I began my mindfulness journey at the same time I started my nursing journey. This was no accident for sure. Like so many other nurses, not even a year into starting my first nursing job in an intensive care unit, I was feeling burnt out, anxious, and even depressed and I was desperate for anything to help me feel better.
That’s when I found mindfulness. I started meditating and consuming books about it whenever I could. I became obsessed with all things personal and spiritual development as well as yoga and meditation. Now, almost seven years later, I can see all the positive effects they all had on my life. Yes, it took time. I didn’t feel the switch flip in my head until earlier this year, so I had put in at least six years of work on myself, personally, spiritually, and emotionally by then.
What is Mindfulness?
Mindfulness simply means staying in the present moment. This includes not being anxious or stressed about the future, or worrying about what happened in the past, just focusing on the here and now.
How this can help with things like anxiety and depression is that it keeps your mind at peace, present, and stuck in the past or future, which is what so much of anxiety is. Learning to be completely present is hard work but so beneficial for your mental health.
How Do You Actually Practice Mindfulness?
1. Breath Awareness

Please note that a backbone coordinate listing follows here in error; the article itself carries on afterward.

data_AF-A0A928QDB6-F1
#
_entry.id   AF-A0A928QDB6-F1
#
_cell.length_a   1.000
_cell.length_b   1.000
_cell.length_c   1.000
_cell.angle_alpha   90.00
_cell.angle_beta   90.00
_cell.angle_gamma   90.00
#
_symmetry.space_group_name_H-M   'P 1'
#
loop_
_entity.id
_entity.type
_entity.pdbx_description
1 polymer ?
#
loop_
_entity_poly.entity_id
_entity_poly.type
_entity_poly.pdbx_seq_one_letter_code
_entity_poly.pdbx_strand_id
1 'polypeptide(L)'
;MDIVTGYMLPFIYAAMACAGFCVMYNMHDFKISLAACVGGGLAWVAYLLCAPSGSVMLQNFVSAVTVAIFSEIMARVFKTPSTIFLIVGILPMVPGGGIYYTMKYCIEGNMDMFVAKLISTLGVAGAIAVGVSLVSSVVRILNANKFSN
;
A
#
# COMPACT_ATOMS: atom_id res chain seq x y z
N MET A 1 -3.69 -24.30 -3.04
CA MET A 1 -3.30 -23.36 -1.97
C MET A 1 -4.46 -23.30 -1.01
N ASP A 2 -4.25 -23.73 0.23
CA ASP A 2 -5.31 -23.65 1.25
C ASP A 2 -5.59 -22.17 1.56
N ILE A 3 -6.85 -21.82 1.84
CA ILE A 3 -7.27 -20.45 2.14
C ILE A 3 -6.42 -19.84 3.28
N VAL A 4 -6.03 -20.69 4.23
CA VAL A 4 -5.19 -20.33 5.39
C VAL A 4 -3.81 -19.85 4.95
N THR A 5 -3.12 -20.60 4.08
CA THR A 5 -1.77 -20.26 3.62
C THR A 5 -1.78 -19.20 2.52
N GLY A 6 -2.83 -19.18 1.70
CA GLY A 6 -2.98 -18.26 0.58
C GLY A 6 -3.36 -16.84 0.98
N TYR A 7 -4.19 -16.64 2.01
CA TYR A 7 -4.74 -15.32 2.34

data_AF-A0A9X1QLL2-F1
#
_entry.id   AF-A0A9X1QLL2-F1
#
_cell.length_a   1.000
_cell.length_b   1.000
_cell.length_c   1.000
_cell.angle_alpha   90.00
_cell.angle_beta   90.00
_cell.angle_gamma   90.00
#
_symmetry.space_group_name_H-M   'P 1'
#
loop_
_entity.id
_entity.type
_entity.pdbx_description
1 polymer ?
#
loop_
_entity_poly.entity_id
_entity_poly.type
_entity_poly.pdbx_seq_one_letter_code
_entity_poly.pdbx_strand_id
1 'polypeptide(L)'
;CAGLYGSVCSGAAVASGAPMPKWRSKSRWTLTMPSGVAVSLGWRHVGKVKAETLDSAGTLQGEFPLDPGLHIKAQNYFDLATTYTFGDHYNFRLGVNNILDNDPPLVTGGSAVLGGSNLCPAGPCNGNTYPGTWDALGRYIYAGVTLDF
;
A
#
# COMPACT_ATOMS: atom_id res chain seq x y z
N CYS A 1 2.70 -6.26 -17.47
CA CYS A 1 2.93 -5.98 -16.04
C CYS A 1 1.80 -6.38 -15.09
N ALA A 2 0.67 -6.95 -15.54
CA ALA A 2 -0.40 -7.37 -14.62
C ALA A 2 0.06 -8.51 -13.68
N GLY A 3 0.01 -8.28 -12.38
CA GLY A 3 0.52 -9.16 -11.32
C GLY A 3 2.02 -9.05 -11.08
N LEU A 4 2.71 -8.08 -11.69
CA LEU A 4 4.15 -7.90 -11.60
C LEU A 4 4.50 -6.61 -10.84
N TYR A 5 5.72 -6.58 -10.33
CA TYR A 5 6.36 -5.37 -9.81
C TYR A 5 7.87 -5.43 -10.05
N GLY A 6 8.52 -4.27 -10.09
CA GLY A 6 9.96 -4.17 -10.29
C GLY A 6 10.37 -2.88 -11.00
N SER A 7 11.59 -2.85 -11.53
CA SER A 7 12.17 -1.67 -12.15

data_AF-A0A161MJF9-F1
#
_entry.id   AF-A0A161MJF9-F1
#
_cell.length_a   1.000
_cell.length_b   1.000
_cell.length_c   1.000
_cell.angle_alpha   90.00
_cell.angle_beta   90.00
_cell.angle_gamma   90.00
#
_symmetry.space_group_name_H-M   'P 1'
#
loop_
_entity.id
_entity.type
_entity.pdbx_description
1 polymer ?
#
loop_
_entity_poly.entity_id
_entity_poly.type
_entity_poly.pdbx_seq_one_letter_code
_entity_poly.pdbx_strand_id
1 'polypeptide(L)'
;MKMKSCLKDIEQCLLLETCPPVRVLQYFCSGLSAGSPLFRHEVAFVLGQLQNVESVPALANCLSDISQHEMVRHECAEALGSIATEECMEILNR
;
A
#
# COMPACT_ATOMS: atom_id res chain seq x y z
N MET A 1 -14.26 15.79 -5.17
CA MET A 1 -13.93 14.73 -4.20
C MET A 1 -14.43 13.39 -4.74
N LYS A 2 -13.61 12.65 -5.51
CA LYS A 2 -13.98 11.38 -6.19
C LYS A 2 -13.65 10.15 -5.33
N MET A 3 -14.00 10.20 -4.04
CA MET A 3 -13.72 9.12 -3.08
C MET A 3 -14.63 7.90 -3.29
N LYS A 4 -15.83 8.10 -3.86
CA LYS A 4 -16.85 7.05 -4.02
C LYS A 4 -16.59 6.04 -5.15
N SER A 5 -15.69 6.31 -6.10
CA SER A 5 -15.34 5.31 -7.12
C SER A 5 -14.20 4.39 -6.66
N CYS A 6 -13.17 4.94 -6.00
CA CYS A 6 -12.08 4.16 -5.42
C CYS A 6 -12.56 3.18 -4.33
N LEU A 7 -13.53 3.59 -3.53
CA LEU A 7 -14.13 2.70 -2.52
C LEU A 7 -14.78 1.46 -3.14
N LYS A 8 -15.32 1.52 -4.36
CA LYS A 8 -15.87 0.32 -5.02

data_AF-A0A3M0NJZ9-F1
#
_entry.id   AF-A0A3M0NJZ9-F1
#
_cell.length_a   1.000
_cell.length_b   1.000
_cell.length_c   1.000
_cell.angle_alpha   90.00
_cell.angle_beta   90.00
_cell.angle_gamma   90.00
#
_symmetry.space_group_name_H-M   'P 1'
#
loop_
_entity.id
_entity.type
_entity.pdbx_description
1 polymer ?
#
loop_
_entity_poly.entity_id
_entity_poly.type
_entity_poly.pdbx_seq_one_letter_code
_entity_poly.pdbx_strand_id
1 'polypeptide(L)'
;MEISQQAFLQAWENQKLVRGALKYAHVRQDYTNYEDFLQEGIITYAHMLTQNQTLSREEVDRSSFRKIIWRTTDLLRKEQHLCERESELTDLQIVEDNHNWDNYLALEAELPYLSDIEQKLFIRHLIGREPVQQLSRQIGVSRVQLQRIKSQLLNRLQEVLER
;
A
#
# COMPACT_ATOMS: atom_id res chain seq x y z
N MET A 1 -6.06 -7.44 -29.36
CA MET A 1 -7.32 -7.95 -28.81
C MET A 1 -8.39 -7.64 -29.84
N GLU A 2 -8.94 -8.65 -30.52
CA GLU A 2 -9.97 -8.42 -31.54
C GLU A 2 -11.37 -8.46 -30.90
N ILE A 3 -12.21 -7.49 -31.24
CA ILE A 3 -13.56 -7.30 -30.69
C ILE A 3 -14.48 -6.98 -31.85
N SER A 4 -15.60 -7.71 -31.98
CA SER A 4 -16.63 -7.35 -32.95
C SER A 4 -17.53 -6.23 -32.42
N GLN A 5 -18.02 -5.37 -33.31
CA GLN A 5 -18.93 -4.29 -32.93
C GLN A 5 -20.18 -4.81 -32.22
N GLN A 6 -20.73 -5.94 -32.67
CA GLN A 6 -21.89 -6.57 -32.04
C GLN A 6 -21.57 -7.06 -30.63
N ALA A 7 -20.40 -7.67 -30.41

Start to breathe in and out through your nose, really paying attention to how it feels. Sit there for at least 10 breaths keeping your attention there
2. Body Scan and Awareness
Sit and close your eyes. Start to breathe slowly in and out through your nose as you scan down your body. Notice how every part of your body feels as you pass by it and how it feels, what’s touching it, does it hurt and so on?
Take some time at the end of day to look back. How did you feel during the day today? What did you do? How do you feel now? How did you get there?
4. Self Compassion
BE KIND TO YOURSELF. No one is perfect and people who are mindful, know this. Practice self care, meditate on compassion to yourself, or repeat positive affirmations every day to show yourself you matter.
5. Awareness of Others
Especially as a nurse, notice how you impact other people. You make peoples’ lives easier. You help them in their hour of need. You matter to other people and don’t forget how much.
Try to incorporate one of these into your daily life. You can even practice many of them at wor! In the end, all you have is the present moment, so why waste it worrying about something else?
Alison Shely is a nurse practitioner, nurse coach, and nurse content writer who specializes in articles, guest blogger, and healthcare worker wellness.
Visit her website for coaching details and other writing samples.
Sources: 50 State Boards of Nursing, University Websites, U.S. Department of Education, Bureau of Labor Statistics. Ranking Methodology.